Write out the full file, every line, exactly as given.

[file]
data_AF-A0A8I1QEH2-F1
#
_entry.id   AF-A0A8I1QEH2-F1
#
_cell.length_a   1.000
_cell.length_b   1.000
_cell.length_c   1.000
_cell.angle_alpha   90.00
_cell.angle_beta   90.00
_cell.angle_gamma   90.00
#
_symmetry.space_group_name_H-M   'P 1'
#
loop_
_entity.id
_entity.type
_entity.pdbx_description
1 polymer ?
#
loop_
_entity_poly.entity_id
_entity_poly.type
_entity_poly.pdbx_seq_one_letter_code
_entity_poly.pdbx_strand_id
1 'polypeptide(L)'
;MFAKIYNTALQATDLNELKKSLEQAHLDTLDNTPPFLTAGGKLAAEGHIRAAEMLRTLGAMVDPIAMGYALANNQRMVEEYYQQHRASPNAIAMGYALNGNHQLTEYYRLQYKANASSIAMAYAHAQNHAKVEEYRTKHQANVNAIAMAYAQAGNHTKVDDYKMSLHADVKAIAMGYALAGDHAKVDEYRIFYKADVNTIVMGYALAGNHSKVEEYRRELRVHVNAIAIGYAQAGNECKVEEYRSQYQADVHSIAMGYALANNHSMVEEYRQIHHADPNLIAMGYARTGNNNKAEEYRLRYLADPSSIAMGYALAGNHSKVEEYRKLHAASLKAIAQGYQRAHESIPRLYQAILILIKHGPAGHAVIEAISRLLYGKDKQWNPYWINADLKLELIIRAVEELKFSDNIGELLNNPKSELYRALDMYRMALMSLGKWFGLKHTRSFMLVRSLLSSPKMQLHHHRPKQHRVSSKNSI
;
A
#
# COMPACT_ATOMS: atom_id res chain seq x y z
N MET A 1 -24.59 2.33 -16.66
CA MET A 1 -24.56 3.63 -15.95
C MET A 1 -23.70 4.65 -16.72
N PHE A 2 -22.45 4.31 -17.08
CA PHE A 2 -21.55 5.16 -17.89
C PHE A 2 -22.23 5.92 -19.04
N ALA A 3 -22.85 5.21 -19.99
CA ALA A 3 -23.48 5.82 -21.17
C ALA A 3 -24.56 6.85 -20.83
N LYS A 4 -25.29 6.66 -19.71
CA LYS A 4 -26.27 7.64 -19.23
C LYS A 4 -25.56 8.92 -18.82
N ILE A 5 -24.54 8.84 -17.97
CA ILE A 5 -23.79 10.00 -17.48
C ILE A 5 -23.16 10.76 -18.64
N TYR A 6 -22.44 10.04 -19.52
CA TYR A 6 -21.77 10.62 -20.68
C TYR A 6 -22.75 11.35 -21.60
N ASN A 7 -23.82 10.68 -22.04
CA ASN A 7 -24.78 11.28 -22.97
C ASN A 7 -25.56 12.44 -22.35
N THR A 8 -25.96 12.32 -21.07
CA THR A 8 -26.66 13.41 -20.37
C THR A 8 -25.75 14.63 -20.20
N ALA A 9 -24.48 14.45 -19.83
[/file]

data_AF-A0A8I1QEH2-F1
#
_entry.id   AF-A0A8I1QEH2-F1
#
_cell.length_a   1.000
_cell.length_b   1.000
_cell.length_c   1.000
_cell.angle_alpha   90.00
_cell.angle_beta   90.00
_cell.angle_gamma   90.00
#
_symmetry.space_group_name_H-M   'P 1'
#
loop_
_entity.id
_entity.type
_entity.pdbx_description
1 polymer ?
#
loop_
_entity_poly.entity_id
_entity_poly.type
_entity_poly.pdbx_seq_one_letter_code
_entity_poly.pdbx_strand_id
1 'polypeptide(L)'
;MFAKIYNTALQATDLNELKKSLEQAHLDTLDNTPPFLTAGGKLAAEGHIRAAEMLRTLGAMVDPIAMGYALANNQRMVEEYYQQHRASPNAIAMGYALNGNHQLTEYYRLQYKANASSIAMAYAHAQNHAKVEEYRTKHQANVNAIAMAYAQAGNHTKVDDYKMSLHADVKAIAMGYALAGDHAKVDEYRIFYKADVNTIVMGYALAGNHSKVEEYRRELRVHVNAIAIGYAQAGNECKVEEYRSQYQADVHSIAMGYALANNHSMVEEYRQIHHADPNLIAMGYARTGNNNKAEEYRLRYLADPSSIAMGYALAGNHSKVEEYRKLHAASLKAIAQGYQRAHESIPRLYQAILILIKHGPAGHAVIEAISRLLYGKDKQWNPYWINADLKLELIIRAVEELKFSDNIGELLNNPKSELYRALDMYRMALMSLGKWFGLKHTRSFMLVRSLLSSPKMQLHHHRPKQHRVSSKNSI
;
A
#
# COMPACT_ATOMS: atom_id res chain seq x y z
N MET A 1 -24.59 2.33 -16.66
CA MET A 1 -24.56 3.63 -15.95
C MET A 1 -23.70 4.65 -16.72
N PHE A 2 -22.45 4.31 -17.08
CA PHE A 2 -21.55 5.16 -17.89
C PHE A 2 -22.23 5.92 -19.04
N ALA A 3 -22.85 5.21 -19.99
CA ALA A 3 -23.48 5.82 -21.17
C ALA A 3 -24.56 6.85 -20.83
N LYS A 4 -25.29 6.66 -19.71
CA LYS A 4 -26.27 7.64 -19.23
C LYS A 4 -25.56 8.92 -18.82
N ILE A 5 -24.54 8.84 -17.97
CA ILE A 5 -23.79 10.00 -17.48
C ILE A 5 -23.16 10.76 -18.64
N TYR A 6 -22.44 10.04 -19.52
CA TYR A 6 -21.77 10.62 -20.68
C TYR A 6 -22.75 11.35 -21.60
N ASN A 7 -23.82 10.68 -22.04
CA ASN A 7 -24.78 11.28 -22.97
C ASN A 7 -25.56 12.44 -22.35
N THR A 8 -25.96 12.32 -21.07
CA THR A 8 -26.66 13.41 -20.37
C THR A 8 -25.75 14.63 -20.20
N ALA A 9 -24.48 14.45 -19.83